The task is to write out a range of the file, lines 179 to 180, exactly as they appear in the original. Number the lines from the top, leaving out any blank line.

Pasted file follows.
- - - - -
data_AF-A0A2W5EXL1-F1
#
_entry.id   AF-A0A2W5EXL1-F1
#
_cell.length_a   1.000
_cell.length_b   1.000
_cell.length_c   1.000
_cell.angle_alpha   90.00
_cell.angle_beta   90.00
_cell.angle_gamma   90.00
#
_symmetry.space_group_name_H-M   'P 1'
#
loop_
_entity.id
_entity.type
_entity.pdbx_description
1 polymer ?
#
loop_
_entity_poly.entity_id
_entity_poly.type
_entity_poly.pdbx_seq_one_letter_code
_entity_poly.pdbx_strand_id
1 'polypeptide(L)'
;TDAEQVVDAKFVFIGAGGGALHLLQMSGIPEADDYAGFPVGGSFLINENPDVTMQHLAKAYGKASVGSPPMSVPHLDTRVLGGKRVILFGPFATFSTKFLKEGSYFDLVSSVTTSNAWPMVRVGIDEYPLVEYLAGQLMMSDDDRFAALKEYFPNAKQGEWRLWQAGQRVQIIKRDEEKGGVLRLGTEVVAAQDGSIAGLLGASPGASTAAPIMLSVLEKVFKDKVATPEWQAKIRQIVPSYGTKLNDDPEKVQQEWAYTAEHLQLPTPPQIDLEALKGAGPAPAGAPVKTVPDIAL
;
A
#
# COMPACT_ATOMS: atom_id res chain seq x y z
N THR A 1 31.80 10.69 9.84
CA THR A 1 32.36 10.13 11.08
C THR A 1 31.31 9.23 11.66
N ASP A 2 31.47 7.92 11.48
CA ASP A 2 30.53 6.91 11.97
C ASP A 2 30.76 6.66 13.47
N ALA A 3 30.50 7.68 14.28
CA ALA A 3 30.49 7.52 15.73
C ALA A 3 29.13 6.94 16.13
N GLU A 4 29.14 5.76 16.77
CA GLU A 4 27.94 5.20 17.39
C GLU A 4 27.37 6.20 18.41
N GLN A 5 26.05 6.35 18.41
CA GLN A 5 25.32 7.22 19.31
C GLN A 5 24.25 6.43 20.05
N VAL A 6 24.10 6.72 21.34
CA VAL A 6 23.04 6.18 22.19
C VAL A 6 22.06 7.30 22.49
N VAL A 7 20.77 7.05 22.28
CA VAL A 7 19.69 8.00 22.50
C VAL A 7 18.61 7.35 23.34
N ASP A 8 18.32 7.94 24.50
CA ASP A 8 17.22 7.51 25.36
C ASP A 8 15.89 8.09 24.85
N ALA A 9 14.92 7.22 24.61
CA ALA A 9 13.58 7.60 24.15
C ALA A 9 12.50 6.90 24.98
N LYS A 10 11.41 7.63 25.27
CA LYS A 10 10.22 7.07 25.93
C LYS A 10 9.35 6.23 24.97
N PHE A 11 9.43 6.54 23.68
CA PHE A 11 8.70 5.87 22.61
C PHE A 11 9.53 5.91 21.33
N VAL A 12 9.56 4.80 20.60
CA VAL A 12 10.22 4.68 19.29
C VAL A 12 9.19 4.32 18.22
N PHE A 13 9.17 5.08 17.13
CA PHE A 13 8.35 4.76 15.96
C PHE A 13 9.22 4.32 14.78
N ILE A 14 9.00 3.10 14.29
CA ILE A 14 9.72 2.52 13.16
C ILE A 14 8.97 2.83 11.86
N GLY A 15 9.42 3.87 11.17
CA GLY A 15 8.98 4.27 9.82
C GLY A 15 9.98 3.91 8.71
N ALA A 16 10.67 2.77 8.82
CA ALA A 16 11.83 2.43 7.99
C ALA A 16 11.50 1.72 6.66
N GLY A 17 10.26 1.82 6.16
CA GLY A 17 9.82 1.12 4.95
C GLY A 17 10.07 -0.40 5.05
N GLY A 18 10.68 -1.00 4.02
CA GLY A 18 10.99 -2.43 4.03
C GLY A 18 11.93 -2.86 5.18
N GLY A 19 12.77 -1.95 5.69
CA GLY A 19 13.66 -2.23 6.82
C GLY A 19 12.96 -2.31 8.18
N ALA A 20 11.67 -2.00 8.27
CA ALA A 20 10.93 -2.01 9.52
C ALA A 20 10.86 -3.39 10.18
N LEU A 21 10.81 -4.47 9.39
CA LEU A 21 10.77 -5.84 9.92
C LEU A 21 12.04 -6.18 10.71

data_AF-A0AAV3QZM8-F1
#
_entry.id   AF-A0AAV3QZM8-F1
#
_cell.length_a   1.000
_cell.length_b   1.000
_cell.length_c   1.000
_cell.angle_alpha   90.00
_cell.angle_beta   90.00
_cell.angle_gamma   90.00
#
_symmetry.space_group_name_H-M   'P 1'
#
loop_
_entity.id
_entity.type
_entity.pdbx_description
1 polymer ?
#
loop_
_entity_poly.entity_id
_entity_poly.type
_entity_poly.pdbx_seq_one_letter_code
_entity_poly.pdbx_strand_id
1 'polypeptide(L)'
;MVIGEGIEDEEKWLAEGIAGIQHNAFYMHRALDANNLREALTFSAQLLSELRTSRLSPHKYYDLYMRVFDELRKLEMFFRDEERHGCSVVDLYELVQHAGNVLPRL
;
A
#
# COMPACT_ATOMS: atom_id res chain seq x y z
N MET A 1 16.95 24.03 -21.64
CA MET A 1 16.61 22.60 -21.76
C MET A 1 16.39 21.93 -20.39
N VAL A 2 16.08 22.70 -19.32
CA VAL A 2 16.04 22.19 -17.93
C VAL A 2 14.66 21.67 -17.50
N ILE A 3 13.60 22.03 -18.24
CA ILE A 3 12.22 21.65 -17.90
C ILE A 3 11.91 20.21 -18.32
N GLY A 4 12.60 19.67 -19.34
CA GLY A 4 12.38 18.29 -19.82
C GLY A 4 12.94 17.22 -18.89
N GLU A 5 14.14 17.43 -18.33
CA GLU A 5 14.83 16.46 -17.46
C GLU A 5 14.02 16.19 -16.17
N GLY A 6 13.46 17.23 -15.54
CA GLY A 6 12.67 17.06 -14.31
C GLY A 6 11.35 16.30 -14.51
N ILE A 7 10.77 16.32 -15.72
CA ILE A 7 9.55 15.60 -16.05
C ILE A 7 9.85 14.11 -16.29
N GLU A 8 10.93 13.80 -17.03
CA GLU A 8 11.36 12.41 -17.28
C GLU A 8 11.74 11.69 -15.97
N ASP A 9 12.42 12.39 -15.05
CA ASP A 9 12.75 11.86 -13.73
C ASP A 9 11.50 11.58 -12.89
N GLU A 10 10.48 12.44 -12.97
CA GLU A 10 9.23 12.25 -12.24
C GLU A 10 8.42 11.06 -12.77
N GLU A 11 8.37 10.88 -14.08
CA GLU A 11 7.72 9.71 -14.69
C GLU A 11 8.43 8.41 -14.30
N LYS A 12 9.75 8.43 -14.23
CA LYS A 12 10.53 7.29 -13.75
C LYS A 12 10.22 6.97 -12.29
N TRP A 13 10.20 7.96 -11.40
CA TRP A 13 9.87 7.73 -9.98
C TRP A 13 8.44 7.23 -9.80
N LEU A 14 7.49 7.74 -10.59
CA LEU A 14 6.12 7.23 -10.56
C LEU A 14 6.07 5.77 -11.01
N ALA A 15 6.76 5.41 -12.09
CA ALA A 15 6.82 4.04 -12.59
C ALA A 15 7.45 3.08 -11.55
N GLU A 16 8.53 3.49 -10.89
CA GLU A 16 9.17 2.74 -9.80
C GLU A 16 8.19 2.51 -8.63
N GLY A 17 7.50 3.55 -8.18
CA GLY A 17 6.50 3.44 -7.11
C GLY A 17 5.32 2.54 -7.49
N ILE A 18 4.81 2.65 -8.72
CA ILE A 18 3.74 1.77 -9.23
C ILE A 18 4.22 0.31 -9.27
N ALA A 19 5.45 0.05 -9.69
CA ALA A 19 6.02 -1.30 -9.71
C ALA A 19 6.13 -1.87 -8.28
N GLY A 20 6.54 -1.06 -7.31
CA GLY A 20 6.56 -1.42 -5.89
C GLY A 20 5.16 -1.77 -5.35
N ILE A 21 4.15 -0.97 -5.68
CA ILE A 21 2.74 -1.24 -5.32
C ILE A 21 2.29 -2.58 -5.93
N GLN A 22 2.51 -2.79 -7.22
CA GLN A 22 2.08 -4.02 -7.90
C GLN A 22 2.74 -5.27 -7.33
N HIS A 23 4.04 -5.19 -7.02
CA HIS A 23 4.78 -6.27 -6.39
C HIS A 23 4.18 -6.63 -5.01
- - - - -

CA ALA A 19 6.02 -1.30 -9.71
C ALA A 19 6.13 -1.87 -8.28